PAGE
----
The Dog Ate My Narrowing.
Posted by Possum Comitatus on October 23, 2007
Newspoll Tuesday started off with a bang. A 1706 sample poll giving the ALP a 58/42 headline TPP result.
The primaries are running 51/38 against the Coalition and the big result is “No Change”, just as it’s been since the beginning of March. But since when has the absence of change ever stopped us from ranting endlessly about these polls.
With a 1706 sample, the MoE should be about 2.5%, but Newspoll says 3% so who am I to argue – could be the weighting variance causing that, or maybe Newspoll just cut and paste the usual minutia into their output which you can find in The Oz HERE.
[George informs us via the lovely Ms Marks of Newspoll , that the MoE is indeed 2.5%]
But let us first look at the beauty contest – the infamous preferred PM numbers that we were assured, not that long, would lead to better times for the Coalition.
Rudd is up 2 to 50, Howard is down 2 to 37.Looking at these numbers since November 2006 using the monthly Newspoll average series we get:
Remember the story “Howard Checks Rudds March”? The lecture we were all given by those that own Newspoll about how the Howard resurgence was imminent because of the Preferred PM measurement? You’re lucky if you can remember, because you don’t seem to be able to read it any more on The Oz site. The original story appears to have been replaced with this.
So I thought we’d just mention it again – for the sake of nostalgia and all 😉
Moving right along to the satisfaction ratings, Howard’s down 4 to 43 and Rudd is up 3 to 63. Looking at the monthly Newspoll average ratings over the period since the last election we get:
And not to be left out, the dissatisfaction ratings for each:
Now we move onto the main game – the primary votes, again using the Newspoll monthly averages, followed by the two party preferred vote:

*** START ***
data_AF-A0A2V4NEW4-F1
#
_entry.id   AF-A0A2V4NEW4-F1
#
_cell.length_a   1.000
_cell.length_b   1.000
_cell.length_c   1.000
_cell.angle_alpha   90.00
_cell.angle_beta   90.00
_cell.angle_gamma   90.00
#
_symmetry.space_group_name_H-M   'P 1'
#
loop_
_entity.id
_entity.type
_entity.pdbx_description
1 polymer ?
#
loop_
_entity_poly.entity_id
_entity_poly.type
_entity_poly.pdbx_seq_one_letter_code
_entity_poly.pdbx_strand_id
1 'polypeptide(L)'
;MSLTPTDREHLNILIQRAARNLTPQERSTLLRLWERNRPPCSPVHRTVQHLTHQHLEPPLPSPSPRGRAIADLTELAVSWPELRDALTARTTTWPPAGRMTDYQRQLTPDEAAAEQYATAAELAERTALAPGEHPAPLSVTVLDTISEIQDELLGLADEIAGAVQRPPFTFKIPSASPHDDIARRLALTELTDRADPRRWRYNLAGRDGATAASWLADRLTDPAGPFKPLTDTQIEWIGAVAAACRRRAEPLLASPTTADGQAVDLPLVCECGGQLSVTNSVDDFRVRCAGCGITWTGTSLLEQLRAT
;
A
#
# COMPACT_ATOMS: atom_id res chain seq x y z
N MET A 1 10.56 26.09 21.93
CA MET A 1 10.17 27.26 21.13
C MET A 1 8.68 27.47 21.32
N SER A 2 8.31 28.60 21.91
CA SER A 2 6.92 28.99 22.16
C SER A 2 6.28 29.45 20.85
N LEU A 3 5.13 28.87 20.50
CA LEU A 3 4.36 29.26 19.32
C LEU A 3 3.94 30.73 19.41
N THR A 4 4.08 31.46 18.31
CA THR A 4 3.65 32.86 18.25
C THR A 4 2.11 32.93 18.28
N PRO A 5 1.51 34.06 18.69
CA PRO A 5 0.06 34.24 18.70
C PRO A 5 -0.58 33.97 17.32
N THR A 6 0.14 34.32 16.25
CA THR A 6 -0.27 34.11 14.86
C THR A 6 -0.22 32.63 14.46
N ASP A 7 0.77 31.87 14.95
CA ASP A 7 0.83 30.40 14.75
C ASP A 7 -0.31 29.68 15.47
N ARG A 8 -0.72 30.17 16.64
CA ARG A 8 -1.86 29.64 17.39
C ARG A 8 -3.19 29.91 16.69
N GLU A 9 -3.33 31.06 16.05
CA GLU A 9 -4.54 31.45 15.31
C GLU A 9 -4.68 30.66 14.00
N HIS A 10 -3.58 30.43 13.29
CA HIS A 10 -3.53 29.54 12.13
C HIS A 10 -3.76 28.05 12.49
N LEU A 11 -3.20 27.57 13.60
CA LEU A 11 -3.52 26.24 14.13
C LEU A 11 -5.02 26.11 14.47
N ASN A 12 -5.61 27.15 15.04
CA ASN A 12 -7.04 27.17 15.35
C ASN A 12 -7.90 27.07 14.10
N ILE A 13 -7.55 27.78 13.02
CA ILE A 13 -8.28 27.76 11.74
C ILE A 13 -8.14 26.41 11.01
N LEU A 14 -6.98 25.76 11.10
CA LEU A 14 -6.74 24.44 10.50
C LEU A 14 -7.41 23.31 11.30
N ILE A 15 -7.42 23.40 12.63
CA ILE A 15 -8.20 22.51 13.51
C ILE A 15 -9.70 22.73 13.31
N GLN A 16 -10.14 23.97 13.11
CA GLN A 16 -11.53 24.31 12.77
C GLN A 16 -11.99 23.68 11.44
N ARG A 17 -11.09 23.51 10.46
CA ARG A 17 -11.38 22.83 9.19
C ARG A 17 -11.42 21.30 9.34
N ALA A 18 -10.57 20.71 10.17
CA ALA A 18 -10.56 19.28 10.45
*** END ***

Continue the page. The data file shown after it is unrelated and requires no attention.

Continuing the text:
So what to make if it all?
That growth in the ALP primary vote since May could be dangerous. So saying it might just be noise, but if I were a political party, I’d rather have noise of that shape than noise of the shape the Coalition has been experiencing since May. Are the Rudd honeymooners coming back to the Rudd camp after playing tootsies with him but leaving in the March-May period?
Could be – too soon to say, but something to keep an eye on anyway.
The other question to ask is where the hell did The Narrowing go?
We were assured it would have turned up by now. Calling the election was supposed to be the circuit breaker…. Well, so we were told. Then again, the budget was supposed to be circuit breaker and didn’t that just go smashing.
There was also something in the poll to feed our inner Crosby Textors; Newspoll asked a question today of “Which political party do you think will win the Federal Election?” and the results were 52 to the ALP (down 5 since August) and 30 for the Coalition (up 2 since August). “Win Expectations” are still killing the Coalition as per the June OzTrack 33.
Another economic management question popped up in the Newspoll of the type we analysed the other day in “Does Economic Management Influence The Primary Vote?” Sure enough, the regression results hold with the ALP increase in the economic management question (up 4 to 37) walking hand in hand with an increase in their primary vote. Also remember back then, we found no relationship between the answers to the “which leader do you think would better be more capable of handling the economy” question and the primary vote of the Coalition – despite some commentators in certain newspapers making claims to the contrary with zero evidence to support the proposition.
Finally, there was another question about those dreaded soft voters, and three cheers to Martin O’Shannessy for including them again.
Just like it was the last time these questions were asked, the ALP vote is slightly stronger than the Coalition vote.
So let the analysis begin. I’ll probably post an update later in the day.
George sent a fabulous little pic showing the Newspoll primaries since the beginning of the year, complete with the shaded MoE.
Since March, the ALP primary looks like its been stuck somewhere around 47/49 with the Coalition primary vote stuck somewhere around 38/39 since June.